From TF to Course Head

For the last meeting of their year-long Teaching Colloquium and Pedagogy Practicum, third-year graduate students in the Music Department looked ahead to the next step in their professional development: teaching their own courses. Departmental Teaching Fellow Meredith Schweig assembled a panel of recent Music PhDs to share what they’ve learned as they transition from serving as a TF to stepping into the role of course head for the first time. Rather than documenting every point made during the two-hour session, I thought I’d post a list of the questions that stimulated discussion. Feel free to weigh in!

  1. What are some differences between teaching at Harvard and teaching elsewhere?
  2. Now that you’ve been a course head, what do you wish you had known prior to making the transition?
  3. How does preparation differ for seminars versus big lecture classes?
  4. How does your pedagogical mission change when you go from being a TF to a course head?
  5. Assuming you have teaching assistants, how do you coordinate them and delegate responsibility?
  6. How has your research informed your teaching? And vice versa?
  7. How do you teach what you don’t know? [This one deserves a brief answer: Read Teaching What You Don’t Know, by Therese Huston.]
  8. Is it a good idea to seek out adjunct work at other schools while you’re still a graduate student? If so, how does one find adjunct positions?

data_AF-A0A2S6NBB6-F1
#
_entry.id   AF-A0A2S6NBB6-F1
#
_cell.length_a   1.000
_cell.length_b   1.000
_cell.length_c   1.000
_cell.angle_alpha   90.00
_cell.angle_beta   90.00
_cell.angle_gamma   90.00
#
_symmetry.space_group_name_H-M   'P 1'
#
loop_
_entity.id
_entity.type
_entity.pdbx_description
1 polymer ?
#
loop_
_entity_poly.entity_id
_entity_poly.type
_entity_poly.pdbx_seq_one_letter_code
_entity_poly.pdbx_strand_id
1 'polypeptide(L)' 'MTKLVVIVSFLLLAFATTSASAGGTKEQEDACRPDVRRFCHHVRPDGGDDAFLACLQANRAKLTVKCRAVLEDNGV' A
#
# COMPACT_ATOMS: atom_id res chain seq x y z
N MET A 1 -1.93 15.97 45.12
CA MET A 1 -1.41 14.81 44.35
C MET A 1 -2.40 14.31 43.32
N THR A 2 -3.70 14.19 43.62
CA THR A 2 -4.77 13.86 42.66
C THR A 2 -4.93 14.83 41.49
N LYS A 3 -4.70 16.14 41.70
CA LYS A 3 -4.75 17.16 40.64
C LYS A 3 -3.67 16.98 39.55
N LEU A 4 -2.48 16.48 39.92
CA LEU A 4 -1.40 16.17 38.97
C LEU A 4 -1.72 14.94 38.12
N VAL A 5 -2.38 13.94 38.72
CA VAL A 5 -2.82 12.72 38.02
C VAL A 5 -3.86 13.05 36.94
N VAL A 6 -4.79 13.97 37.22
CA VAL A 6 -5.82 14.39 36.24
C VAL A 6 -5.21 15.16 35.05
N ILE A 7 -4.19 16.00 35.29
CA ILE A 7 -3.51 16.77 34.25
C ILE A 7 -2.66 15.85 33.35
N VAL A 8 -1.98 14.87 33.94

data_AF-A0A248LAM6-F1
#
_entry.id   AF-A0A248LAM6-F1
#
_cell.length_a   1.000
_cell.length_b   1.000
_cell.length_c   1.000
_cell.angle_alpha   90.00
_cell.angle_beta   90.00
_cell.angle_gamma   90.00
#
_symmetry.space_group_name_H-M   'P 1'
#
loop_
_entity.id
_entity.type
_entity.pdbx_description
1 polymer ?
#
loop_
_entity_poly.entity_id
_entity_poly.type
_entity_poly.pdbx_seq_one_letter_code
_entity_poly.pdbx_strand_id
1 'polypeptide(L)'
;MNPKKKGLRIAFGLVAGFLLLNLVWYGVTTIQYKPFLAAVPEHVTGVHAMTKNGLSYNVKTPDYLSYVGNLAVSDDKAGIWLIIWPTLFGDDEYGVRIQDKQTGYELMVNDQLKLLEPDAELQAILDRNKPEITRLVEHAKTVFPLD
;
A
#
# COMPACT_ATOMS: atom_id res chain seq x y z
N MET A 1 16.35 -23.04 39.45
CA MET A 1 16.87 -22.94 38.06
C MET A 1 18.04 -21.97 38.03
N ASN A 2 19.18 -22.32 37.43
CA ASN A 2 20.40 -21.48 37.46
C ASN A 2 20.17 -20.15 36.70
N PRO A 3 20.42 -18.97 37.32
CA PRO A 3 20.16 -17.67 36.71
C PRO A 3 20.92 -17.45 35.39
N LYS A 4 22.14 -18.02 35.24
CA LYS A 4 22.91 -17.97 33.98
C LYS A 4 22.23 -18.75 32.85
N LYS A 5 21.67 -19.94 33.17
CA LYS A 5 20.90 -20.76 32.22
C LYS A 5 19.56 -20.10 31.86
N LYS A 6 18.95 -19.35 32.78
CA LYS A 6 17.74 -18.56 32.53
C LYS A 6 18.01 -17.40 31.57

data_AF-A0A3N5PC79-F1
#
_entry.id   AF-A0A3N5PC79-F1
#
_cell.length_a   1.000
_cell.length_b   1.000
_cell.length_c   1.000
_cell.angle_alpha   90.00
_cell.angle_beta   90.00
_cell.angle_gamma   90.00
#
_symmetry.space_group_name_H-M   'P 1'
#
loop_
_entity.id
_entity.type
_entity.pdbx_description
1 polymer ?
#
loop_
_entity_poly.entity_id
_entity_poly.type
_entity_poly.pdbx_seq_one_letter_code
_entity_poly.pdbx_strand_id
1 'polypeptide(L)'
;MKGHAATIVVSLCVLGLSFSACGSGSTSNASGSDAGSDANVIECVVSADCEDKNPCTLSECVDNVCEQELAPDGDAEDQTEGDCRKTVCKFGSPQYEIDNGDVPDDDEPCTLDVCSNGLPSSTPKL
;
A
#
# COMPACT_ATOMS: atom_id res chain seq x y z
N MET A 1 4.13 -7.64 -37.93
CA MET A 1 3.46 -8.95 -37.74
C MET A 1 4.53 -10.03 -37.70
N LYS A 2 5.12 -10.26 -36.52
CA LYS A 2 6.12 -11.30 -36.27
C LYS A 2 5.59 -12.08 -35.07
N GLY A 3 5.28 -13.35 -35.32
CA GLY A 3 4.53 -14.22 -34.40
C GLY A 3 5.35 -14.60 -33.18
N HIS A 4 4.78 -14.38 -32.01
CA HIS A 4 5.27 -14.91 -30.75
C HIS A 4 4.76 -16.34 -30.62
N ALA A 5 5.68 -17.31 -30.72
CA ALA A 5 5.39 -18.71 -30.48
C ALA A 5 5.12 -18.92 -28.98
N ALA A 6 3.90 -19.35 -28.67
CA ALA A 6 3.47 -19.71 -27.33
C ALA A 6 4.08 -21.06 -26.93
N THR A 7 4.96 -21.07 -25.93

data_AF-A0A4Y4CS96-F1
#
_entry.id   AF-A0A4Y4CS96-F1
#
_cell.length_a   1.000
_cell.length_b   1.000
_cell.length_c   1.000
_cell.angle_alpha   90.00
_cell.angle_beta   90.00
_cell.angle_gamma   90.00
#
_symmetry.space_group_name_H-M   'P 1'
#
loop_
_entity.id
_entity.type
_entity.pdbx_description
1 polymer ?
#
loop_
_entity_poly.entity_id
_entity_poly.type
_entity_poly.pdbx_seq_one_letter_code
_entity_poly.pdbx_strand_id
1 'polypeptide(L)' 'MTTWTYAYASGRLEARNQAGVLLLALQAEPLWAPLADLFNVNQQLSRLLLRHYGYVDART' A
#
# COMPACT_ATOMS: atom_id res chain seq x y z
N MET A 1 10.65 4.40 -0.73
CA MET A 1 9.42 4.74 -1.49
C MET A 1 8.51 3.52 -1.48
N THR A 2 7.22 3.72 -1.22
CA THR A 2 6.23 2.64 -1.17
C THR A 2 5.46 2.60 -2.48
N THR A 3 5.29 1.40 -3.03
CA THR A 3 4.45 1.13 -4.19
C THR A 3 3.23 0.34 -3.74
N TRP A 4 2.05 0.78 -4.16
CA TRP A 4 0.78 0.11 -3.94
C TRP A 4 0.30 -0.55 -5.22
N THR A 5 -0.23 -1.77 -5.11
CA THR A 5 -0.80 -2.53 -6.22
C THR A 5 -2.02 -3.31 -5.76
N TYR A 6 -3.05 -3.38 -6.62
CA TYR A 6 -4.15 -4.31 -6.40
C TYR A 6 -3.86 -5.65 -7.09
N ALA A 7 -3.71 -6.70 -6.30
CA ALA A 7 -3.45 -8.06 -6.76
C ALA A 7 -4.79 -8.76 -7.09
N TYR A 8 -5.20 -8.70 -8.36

9. On the job market, how do you convince other schools that you can teach outside of Harvard?
  10. In job applications, how were you asked to demonstrate teaching ability?

A few general recommendations came out of the session:

  • If you find work as an adjunct, ask faculty in the department to watch you teach. You’ll get valuable feedback, and you’ll have the chance to ask for a letter of recommendation that you can include in future job applications.
  • If you teach a large lecture course and don’t have the luxury of teaching assistants, you’ll have to combine information delivery with skill-building and “meta,” ways-of-knowing reflection. In other words, you’ll have to combine aspects of section and traditional lectures.
  • You might not ever teach your research, but doing research while you teach is nonetheless invaluable: it reminds you what it’s like not to know things. Confronted with a substantial knowledge gap, you’re more likely to empathize with your students who are likely experiencing something similar in your course.

As thought-provoking and wide-ranging as this session was, there are undoubtedly further questions (and answers!) worth sharing. For all the TFs out there, what questions do you have about making the transition from TF to course head? For those who have already made the leap to the next stage of your career, what do you wish you had known, and what are some of the most important things you’ve learned?

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